We Don’t Know the Future

Image result for crystal ballI might add that we don’t know the past, either. The future, however, is categorically unknownable until it ceases to be the future, while the past is at least in theory knowable to some extent…

But I digress.

The Greeks loved their oracles, or at least consulted them a lot. They’d trapse on down to Delphi, offering in hand, even though just about every story and myth about such future-tellers is a cautionary tale. The Oracle, it seems, is correct, just never in the way the people to whom the prediction is given could ever figure out or use – until it’s not the future anymore.

And that’s the lighter side of things.

Image result for belloq opens the ark

People who claimed to tell the future were held in low esteem, to put it mildly, in both the Old and New Testaments, unless they spoke from God (and woe to those who claim to speak for God when they don’t!).  Fortune tellers and necromancers (who were most often doing the same thing – looking into the future), among others, were lumped in with child sacrificers, and put under the ban, for one thing because they were so often the same people. For the pagans, the entrails of animals were good enough for day to day use, but divining the future when a kingdom was on the line often required a human sacrifice.

I fear things haven’t changed all that much. Just as the human penchants for slavery and rape reassert themselves as the strictures of Christianity fade, the sort of witchcraft that commits abominations and horrors because they are abominations and horrors is bound to reassert itself as well. Practitioners sense (correctly) that only unnatural, horrendous offerings can recruit and appease the forces that might grant their desires.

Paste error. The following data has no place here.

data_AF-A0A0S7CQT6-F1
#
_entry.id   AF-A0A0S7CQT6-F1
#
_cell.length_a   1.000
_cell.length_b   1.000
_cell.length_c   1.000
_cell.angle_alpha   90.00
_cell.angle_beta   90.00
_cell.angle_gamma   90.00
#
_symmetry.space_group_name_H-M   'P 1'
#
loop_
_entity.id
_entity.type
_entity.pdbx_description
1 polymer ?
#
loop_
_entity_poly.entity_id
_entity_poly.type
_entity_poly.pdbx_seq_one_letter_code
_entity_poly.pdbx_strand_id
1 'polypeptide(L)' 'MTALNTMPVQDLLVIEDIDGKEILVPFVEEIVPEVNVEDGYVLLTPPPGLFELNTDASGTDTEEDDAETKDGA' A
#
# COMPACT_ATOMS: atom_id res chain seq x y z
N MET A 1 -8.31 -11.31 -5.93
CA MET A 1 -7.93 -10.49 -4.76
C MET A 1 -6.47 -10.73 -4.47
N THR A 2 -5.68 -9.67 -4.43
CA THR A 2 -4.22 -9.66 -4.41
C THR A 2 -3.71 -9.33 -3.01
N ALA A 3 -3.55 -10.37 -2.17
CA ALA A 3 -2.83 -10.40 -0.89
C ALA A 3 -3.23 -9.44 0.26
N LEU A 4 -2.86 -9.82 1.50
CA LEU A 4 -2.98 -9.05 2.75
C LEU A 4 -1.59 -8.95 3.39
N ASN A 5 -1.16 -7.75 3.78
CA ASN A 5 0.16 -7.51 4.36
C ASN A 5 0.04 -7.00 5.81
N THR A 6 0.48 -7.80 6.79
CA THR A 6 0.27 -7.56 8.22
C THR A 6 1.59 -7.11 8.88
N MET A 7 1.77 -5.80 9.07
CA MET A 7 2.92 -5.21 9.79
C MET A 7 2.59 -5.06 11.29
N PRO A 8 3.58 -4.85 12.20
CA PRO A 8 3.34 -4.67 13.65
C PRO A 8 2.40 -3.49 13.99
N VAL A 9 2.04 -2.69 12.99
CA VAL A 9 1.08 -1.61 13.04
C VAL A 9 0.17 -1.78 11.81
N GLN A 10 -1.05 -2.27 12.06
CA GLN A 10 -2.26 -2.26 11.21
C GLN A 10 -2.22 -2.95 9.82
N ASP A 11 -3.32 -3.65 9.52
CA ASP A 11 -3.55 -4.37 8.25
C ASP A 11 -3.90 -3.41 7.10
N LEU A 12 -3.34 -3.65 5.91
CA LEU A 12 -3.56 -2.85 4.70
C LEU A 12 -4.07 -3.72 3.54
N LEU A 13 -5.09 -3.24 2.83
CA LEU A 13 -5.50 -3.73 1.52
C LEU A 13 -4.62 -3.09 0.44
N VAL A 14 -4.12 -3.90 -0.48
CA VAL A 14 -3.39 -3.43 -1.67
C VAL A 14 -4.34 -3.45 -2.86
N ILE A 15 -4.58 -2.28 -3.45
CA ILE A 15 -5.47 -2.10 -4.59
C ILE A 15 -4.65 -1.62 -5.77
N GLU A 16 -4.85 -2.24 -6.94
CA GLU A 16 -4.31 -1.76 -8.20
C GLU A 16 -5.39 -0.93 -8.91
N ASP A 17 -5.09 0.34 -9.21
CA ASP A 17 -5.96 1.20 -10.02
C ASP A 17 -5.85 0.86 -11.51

The ghoulish love of late term abortion springs to mind. For the first few decades, abortionists were shy of the sunlight – few and rare, right? – but now we have them pointing out on Twitter, with an eye roll, that late term babies don’t scream because step one is slitting their throats. You can’t even hope to shame them. Theirs are jealous gods.

I mention this here because abortion advocates claim to know the future: life will be so much better for the mother and death better for the baby than would be the case if the baby got born. When one suggests that life is better than death, things work out unexpectedly to the good as often as the bad, that nothing is fated and at any rate no one can know how things will work out in the future, the ground shifts to RIGHTS. (And shifts somewhere else once you push back on rights – but that’s another topic.)

Even within the constraining context of Christian morality and belief, this human desire to know the future is treated with great caution. We are told not to worry about tomorrow, for this day has problems enough, and that even though we are promised a glorious life beyond our understanding, the exact time and manner are not ours to know. Be prudent, of course, and live a Christian life, but don’t waste any time worrying about the Apocalypse or even where tomorrow’s bread is coming from. There’s no place for fortune telling in a simple, holy life focused on doing the right thing right now.

I think even Hegel’s somewhat surprising restraint when addressing the future unfolding of the Spirit, his insistence that we cannot know what the future syntheses will be but must live with what the Spirit is unfolding now, manifests his proper Christian reticence about the future.

Marx shed this reticence along with any other shreds of functional daily Christianity in Hegel, and proposed that he, Marx, was the great prophet, and saw a vision of the inevitable future, the Workers’ Paradise that awaits all those who believe. The only virtue is faith in Marx alone; the only sin failure to believe. (1)

Capital-H History, Marxists’ god who shall never be called a god (but woe to any who get on this jealous deity’s Wrong Side!) demands his sacrifices as well. Lenin must murder his thousands and Stalin and Mao their millions, or else the promised Future won’t come! Che must murder his unarmed men, women and children, as must Pol Pot. Yet the gods of wealth are not yet appeased! So Antifa mentions the millions more that need to be killed to bring about the glorious future.